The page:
(Reuters) - Michigan's state legislature approved on Tuesday two new laws making it a so-called right-to-work state where it would be against the law for a union to require all employees to join and pay dues as a condition of employment. The measures passed despite protests from thousands of unionized workers, and Republican Governor Rick Snyder has vowed to sign them into law.
Here are some key facts about Michigan and right-to-work:
** Michigan would be 24th of the 50 U.S. states to pass laws making it right-to-work, and the second in the industrial heartland of the country after Indiana passed such legislation earlier in 2012. Most other right-to-work states are in the South and Plains regions. The Northeast and coastal West are the regions where union rights are strongest.
** Right-to-work is generally defined as a state where it is against the law for a union to be a so-called "closed shop," requiring all employees to join a union and pay dues. The Michigan laws would make membership in a union and payment of dues voluntary and would cover both the private and public sector, except for fire and police unions. Supporters of right-to-work say such laws attract business, encourage investment and allow workers to choose whether they want to join a union. Critics say they suppress wages, weaken the collective bargaining authority of unions and leave workers at the mercy of employers in negotiations over pay, benefits and working conditions.
** The laws passed by Republicans in Michigan last week would exempt existing contracts between employers and unions until they expire, such as the automakers' contract with the United Auto Workers union, which expires in 2015. The so-called grandfather clause would soften the impact of the new law initially, although over time contracts would be subject to right-to-work.
** Michigan is a stronghold of the union movement in the United States. Some 671,000 workers, or 17.5 percent, were members of unions in Michigan in 2011. This was the fifth- highest percentage among states after New York, Hawaii, Alaska and Washington, and the highest in the Midwest industrial heartland. After a seven-year slide, Michigan's union membership increased slightly in 2011 from the previous year.
** The symbolism of turning Michigan into a right-to-work state is strong because it is the home of the U.S. auto industry and the place where autoworkers first began to demand better wages and working conditions in the assembly line automotive plants built by industrial barons such as Henry Ford in the 1920s. On March 7, 1932, thousands of people marched on Ford's Dearborn, Michigan, plant to demand jobs. Police and security forces employed by Ford fired on the crowd. Five protesters died and scores were injured. The confrontation increased sympathy for workers and led to the formation of the United Auto Workers in 1935.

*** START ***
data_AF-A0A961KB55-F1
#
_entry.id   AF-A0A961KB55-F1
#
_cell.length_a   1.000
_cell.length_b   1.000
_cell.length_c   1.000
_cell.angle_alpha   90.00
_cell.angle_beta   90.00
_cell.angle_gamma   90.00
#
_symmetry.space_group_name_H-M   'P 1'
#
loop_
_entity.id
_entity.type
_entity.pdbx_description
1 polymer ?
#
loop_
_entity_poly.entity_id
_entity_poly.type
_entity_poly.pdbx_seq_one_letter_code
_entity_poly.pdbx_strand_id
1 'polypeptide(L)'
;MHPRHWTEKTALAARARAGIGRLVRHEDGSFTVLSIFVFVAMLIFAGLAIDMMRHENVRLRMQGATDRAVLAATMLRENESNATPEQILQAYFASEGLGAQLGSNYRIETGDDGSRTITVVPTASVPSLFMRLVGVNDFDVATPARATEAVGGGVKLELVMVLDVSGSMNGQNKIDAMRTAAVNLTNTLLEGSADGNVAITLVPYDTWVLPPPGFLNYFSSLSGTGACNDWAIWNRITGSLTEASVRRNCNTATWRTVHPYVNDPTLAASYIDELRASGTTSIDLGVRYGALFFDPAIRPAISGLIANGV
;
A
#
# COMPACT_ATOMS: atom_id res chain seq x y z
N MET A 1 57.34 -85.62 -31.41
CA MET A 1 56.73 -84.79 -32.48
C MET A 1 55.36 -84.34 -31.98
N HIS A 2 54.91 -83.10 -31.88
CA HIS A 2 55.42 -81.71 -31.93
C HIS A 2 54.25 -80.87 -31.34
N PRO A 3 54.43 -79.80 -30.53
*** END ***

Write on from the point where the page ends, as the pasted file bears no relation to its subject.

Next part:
** Michigan has 698 automaker assembly plants, parts plants, and auto-parts supplier plants, more than any other state, according to Elm Analytics, which tracks data on the industry.
Michigan accounted for about 18 percent of the 776,000 people employed in motor vehicles and parts manufacturing in the United States as of October 2012.
The headquarters of General Motors Co., Ford Motor Co. and Chrysler are located in the Detroit area.
** Democrats and unions already are planning to challenge the state laws in court. Political sources said any challenge could cite federal law guaranteeing the right to collective bargaining, although such attempts to challenge the laws of other states in court using federal law have failed in the past.
** Republicans supporting right-to-work inserted in the laws allocations of money to cover implementation. Under the Michigan constitution any law that includes such an allocation of money cannot be challenged by referendum. This will make it harder for Democrats and unions to overturn the law, although political sources said they may try to skirt this by drafting a ballot initiative that would supersede the new laws.
Michigan voters in the November election rejected 57 percent to 43 percent a ballot initiative to enshrine in the state constitution the right to collective bargaining. The ballot initiative had been backed by labor unions. Its defeat may have emboldened Republicans to pursue right-to-work in the state, some political sources have said.
** Opponents also could try to force recall elections of Republican lawmakers who voted for the laws, or of Republican Governor Rick Snyder. This was tried during a bitter battle over union rights in Wisconsin over the last two years with mixed results. Some Republican state Senators were recalled in Wisconsin for voting to curb union power, but Republican Governor Scott Walker survived a recall effort against him.
** The right-to-work drive in Michigan is the latest of a series of setbacks for labor unions in the United States, beginning in 2011, when Wisconsin's Walker pushed through the legislature limits on public sector unions such as teachers. The Wisconsin limits on unions are on hold while the issue is challenged in court. Earlier this year, Indiana passed right-to-work legislation and two cities in California voted to curb the pensions of public sector workers. Several other states and local governments have either made cuts or are considering cuts to the pensions of public sector workers because of financial difficulties.
One recent victory for unions was in Ohio, where in November 2011, voters overturned a Republican-led effort to place restrictions on public sector unions, similar to that in Wisconsin.
SOURCES: Bureau of Labor Statistics, Thomson Reuters, United Auto Workers website, Michigan Secretary of State website, text of Michigan right-to-work proposed laws, Elm Analytics.
Compiled by Greg McCune; Editing by Maureen Bavdek